(The Chinese name qīkè yìn 期克印, seems also to be used sometimes for the Warning Gesture or Tarjanī Mudrā.)
Earth-Witness Gesture
Sjoquist p. 33 Bhūmisparśa Mudrā
chùdì yìn 触地印 / 觸地印
This gesture is literally called “touching the earth.” It is said that when the Buddha was meditating under the fig tree, he was approached by the lord of earthly illusion, Mara, who sought to divert him from his path to enlightenment. But the Buddha moved his right hand from his position of meditation (now called the Dhyāna mudrā) and pointed down and called upon the earth itself to witness that he had resolved the problem of suffering. Thus he turned away Mara and his temptations. (Some say that he called upon earth to testify to his victory over Mara.) (This is probably a mythologized variant of the story told in chapter 16 of the on-line biography of the Buddha. [Link])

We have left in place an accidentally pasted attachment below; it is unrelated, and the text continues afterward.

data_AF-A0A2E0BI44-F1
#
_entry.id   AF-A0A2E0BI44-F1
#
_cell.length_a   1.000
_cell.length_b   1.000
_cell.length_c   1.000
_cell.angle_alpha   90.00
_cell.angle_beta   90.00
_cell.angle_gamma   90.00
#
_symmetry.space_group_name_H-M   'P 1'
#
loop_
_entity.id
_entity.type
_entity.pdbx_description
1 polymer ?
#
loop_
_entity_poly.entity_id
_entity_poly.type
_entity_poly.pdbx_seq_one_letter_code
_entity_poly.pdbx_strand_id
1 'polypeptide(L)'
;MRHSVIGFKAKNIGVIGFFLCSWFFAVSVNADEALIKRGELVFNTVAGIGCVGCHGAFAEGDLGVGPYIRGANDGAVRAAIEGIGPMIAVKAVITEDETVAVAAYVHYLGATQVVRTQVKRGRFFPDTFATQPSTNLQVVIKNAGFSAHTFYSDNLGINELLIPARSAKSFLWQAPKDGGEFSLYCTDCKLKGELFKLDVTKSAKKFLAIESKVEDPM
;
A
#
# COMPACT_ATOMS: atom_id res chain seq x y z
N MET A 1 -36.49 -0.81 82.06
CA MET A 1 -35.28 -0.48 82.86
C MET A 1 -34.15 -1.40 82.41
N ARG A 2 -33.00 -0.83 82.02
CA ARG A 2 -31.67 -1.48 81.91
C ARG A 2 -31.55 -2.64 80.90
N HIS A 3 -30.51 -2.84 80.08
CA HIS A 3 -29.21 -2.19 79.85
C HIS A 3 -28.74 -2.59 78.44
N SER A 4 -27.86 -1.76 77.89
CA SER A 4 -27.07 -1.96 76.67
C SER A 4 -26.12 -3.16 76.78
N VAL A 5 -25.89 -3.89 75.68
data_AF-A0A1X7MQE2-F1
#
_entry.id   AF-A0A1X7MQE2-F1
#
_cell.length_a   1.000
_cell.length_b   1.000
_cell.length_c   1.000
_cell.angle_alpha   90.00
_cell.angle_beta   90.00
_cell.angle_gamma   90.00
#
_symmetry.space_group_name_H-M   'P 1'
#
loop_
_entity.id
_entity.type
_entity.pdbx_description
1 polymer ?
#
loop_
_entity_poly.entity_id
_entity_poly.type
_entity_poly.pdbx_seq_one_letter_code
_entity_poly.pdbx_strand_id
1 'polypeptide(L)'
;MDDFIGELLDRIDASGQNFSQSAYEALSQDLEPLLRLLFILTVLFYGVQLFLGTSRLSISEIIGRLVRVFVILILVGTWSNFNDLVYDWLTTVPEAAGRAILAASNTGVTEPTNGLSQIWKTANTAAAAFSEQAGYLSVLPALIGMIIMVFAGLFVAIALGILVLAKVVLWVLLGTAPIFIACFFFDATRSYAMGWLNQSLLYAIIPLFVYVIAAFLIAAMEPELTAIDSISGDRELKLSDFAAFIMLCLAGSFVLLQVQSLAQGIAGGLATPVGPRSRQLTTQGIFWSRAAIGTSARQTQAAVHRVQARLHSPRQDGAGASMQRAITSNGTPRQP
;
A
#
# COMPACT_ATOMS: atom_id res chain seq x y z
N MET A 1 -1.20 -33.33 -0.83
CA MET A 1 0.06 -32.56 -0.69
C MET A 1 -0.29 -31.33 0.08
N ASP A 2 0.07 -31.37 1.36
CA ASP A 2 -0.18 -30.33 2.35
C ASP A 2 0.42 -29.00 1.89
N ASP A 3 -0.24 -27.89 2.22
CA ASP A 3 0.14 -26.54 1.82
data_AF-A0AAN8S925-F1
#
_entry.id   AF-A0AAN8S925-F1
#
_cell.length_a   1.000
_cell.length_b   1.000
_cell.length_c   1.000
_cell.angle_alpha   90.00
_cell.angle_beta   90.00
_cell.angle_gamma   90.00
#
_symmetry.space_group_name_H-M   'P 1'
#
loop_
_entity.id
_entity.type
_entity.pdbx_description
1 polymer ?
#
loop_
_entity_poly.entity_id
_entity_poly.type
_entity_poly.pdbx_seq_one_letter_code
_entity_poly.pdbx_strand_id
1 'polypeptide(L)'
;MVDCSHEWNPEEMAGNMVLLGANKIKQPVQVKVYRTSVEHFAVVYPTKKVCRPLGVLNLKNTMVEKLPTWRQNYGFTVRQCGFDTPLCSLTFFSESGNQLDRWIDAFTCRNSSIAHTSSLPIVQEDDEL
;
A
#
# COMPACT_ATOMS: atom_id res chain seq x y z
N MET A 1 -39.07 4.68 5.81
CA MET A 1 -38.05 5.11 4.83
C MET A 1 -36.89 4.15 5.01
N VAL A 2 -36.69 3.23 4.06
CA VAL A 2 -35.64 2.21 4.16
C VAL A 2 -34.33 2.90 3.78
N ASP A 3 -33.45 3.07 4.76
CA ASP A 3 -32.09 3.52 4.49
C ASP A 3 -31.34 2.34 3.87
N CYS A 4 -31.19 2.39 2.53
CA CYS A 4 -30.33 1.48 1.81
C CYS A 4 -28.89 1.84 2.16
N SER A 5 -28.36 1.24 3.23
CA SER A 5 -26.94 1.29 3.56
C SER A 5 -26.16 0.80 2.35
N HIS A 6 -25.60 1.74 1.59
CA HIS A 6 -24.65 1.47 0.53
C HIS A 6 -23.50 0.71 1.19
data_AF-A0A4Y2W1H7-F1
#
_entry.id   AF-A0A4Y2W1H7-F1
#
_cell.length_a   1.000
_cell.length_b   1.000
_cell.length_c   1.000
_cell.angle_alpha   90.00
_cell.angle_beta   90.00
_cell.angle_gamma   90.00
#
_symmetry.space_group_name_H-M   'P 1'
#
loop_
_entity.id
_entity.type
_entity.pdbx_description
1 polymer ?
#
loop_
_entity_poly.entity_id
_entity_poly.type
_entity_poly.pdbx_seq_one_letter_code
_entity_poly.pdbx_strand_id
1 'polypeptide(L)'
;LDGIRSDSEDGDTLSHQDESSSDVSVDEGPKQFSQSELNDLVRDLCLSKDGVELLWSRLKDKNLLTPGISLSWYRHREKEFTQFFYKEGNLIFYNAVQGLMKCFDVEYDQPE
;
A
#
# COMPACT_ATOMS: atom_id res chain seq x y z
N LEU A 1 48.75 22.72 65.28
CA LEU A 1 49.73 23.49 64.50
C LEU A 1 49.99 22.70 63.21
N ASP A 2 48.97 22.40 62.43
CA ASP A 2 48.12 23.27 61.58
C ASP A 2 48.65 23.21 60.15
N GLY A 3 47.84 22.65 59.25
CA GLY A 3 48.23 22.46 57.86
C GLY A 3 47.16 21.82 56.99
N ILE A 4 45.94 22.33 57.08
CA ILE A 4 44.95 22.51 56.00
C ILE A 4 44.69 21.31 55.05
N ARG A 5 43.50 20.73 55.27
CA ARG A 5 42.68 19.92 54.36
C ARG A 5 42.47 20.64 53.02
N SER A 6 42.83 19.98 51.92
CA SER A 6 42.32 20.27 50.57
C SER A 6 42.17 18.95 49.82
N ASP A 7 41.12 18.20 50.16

This is mudrā is not seen except in representations of the Buddha himself.
Enlightenment Gesture
Sjoquist p. 33 Uttarabodhi Mudrā
zuìgāo qǐdí yìn 最高启迪印 / 最高啟迪印
This gesture represents highest enlightenment. Both hands are held at the level of the chest, the two raised index fingers touch one another, the remaining fingers are crossed and folded down.; the thumbs touch each other at the tips or are crossed and folded. This mudrā is frequently seen in images of the Buddha Vairocana (Pílú-zhènà fó 毘卢遮那佛 / 毘盧遮那佛 or 大日如來 Dàrì rúlái).
Meditation Gesture
Sjoquist p. 33 Dhyāna Mudrā
chándìng yìn 禅定印 / 禪定印 or dìng yìn 定印